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The Outer Reaches of Life
Amazon.com Amazon.com Review (ISBN 0521558735, Paperback)Humankind, it turns out, is a rather fragile species, demanding temperate climates, limited atmospheric pressures, and an environment relatively free of acidity, alkalinity, and toxicity in order to survive and reproduce. Microbes are far less picky about their surroundings and, as John Postgate explains in The Outer Reaches of Life, have managed to adapt to virtually every ecological niche that our planet offers. Extremes of heat, pressure, acidity, or alkalinity are no barrier to microbial life. There are microbes that feast on sulfur, iron, nitrogen, and hydrogen--even oils, plastics, and fluoroacetate, a potent pesticide. Postgate adeptly illustrates the variety of the microbial world and explains (in a jargon-free fashion) what scientists understand of its functioning. But perhaps the strongest feature of this book is its ability to convey the intense challenges facing microbe researches who strive to unlock the secrets of microscopic life and its amazing adaptations.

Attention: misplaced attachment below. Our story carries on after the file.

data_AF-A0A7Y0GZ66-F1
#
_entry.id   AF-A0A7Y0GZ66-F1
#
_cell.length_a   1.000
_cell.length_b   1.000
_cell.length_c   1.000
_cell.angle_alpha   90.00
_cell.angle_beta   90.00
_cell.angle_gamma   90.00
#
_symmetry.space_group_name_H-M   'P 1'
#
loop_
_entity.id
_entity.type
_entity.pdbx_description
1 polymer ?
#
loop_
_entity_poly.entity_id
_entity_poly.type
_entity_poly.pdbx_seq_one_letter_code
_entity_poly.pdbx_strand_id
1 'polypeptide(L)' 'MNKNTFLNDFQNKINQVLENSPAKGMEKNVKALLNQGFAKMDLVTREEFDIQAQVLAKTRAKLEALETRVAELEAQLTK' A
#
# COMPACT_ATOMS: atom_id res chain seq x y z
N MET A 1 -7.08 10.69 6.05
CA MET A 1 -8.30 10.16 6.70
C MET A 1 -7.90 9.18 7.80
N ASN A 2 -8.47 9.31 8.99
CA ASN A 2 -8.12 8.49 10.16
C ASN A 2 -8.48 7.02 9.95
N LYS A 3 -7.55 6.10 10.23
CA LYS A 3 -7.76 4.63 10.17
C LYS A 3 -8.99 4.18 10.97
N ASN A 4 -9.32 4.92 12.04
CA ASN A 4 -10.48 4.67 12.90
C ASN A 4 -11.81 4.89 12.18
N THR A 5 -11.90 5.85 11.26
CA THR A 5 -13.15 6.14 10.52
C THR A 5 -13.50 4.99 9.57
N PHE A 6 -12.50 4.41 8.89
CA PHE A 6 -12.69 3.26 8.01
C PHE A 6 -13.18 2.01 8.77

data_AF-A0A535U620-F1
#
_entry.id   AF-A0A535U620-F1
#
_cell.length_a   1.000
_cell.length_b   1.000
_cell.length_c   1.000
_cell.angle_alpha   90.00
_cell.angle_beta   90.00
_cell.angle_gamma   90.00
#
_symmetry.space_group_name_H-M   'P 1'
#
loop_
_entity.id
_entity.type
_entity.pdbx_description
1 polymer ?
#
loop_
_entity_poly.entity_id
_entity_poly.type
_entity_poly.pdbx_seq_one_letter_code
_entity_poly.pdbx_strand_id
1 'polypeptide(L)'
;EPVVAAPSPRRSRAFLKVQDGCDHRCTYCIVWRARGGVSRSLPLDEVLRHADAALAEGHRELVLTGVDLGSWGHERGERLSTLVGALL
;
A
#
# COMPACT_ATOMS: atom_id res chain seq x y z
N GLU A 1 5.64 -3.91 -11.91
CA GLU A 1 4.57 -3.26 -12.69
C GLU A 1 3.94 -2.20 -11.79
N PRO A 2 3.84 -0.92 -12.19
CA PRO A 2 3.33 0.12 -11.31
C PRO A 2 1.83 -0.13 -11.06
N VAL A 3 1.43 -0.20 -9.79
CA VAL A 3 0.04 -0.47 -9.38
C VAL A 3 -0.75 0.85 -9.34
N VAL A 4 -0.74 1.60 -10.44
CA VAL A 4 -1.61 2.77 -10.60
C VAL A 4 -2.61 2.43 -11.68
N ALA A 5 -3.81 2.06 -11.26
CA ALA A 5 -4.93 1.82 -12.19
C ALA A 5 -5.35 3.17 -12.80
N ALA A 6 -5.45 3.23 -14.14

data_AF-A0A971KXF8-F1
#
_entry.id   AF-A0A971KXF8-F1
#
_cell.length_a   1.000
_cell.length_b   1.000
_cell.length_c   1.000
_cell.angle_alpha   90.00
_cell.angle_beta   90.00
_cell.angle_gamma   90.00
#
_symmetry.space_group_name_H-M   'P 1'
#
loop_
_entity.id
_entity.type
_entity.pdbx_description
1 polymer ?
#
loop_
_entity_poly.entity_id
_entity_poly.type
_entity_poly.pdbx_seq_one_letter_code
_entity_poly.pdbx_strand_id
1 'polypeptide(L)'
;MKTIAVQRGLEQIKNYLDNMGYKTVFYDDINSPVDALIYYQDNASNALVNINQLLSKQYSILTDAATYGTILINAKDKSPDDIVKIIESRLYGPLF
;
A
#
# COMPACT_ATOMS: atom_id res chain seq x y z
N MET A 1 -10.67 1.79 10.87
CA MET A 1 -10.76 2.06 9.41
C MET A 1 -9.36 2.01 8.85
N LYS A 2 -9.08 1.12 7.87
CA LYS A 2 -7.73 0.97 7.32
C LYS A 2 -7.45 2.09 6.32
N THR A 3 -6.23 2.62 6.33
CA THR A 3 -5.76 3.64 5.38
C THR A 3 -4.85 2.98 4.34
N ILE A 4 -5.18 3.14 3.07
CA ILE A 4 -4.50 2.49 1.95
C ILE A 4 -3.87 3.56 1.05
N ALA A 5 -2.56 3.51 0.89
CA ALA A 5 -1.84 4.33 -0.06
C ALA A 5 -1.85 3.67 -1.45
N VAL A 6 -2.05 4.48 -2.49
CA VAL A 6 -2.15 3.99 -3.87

(retrieved from Amazon Thu, 12 Mar 2015 18:16:44 -0400)
The invisible world of microbes - capable of surviving in the most harsh and inhospitable conditions on earth - reveals the remarkable potential and resilience of life itself. John Postgate's fascinating exploration of these outer reaches of life shows how understanding microbes can provide new clues to the origin and evolution of terrestrial life, and offers glimpses of how life might have established itself elsewhere in the universe. In the process, it raises profound questions about death, sensation and individuality, and insights into the nature of scientific progress. The feats of modern biotechnology are just one manifestation of the astonishing resources of microbes illuminated in John Postgate's lucid and intriguing account.
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